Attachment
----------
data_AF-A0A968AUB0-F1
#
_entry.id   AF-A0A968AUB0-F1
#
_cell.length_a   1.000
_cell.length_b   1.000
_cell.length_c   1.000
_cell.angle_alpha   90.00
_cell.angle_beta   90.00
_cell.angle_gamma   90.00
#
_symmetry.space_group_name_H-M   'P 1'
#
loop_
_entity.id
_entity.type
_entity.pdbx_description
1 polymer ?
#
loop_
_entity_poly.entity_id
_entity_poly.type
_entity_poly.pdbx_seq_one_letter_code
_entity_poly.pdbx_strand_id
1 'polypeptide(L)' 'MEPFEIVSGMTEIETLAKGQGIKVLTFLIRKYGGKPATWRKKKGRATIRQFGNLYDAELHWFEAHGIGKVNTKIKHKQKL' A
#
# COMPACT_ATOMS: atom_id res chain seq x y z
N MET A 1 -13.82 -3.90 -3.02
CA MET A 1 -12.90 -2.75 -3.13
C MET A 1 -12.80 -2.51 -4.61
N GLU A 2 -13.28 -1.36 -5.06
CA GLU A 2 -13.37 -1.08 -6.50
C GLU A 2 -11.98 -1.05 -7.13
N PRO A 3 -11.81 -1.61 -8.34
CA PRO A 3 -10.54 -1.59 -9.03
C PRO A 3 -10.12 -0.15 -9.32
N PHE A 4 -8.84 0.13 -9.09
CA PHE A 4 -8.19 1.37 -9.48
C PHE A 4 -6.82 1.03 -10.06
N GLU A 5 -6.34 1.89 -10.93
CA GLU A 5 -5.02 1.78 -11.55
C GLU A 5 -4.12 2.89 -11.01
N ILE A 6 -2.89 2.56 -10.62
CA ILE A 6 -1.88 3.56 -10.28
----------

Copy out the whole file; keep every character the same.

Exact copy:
data_AF-A0A968AUB0-F1
#
_entry.id   AF-A0A968AUB0-F1
#
_cell.length_a   1.000
_cell.length_b   1.000
_cell.length_c   1.000
_cell.angle_alpha   90.00
_cell.angle_beta   90.00
_cell.angle_gamma   90.00
#
_symmetry.space_group_name_H-M   'P 1'
#
loop_
_entity.id
_entity.type
_entity.pdbx_description
1 polymer ?
#
loop_
_entity_poly.entity_id
_entity_poly.type
_entity_poly.pdbx_seq_one_letter_code
_entity_poly.pdbx_strand_id
1 'polypeptide(L)' 'MEPFEIVSGMTEIETLAKGQGIKVLTFLIRKYGGKPATWRKKKGRATIRQFGNLYDAELHWFEAHGIGKVNTKIKHKQKL' A
#
# COMPACT_ATOMS: atom_id res chain seq x y z
N MET A 1 -13.82 -3.90 -3.02
CA MET A 1 -12.90 -2.75 -3.13
C MET A 1 -12.80 -2.51 -4.61
N GLU A 2 -13.28 -1.36 -5.06
CA GLU A 2 -13.37 -1.08 -6.50
C GLU A 2 -11.98 -1.05 -7.13
N PRO A 3 -11.81 -1.61 -8.34
CA PRO A 3 -10.54 -1.59 -9.03
C PRO A 3 -10.12 -0.15 -9.32
N PHE A 4 -8.84 0.13 -9.09
CA PHE A 4 -8.19 1.37 -9.48
C PHE A 4 -6.82 1.03 -10.06
N GLU A 5 -6.34 1.89 -10.93
CA GLU A 5 -5.02 1.78 -11.55
C GLU A 5 -4.12 2.89 -11.01
N ILE A 6 -2.89 2.56 -10.62
CA ILE A 6 -1.88 3.56 -10.28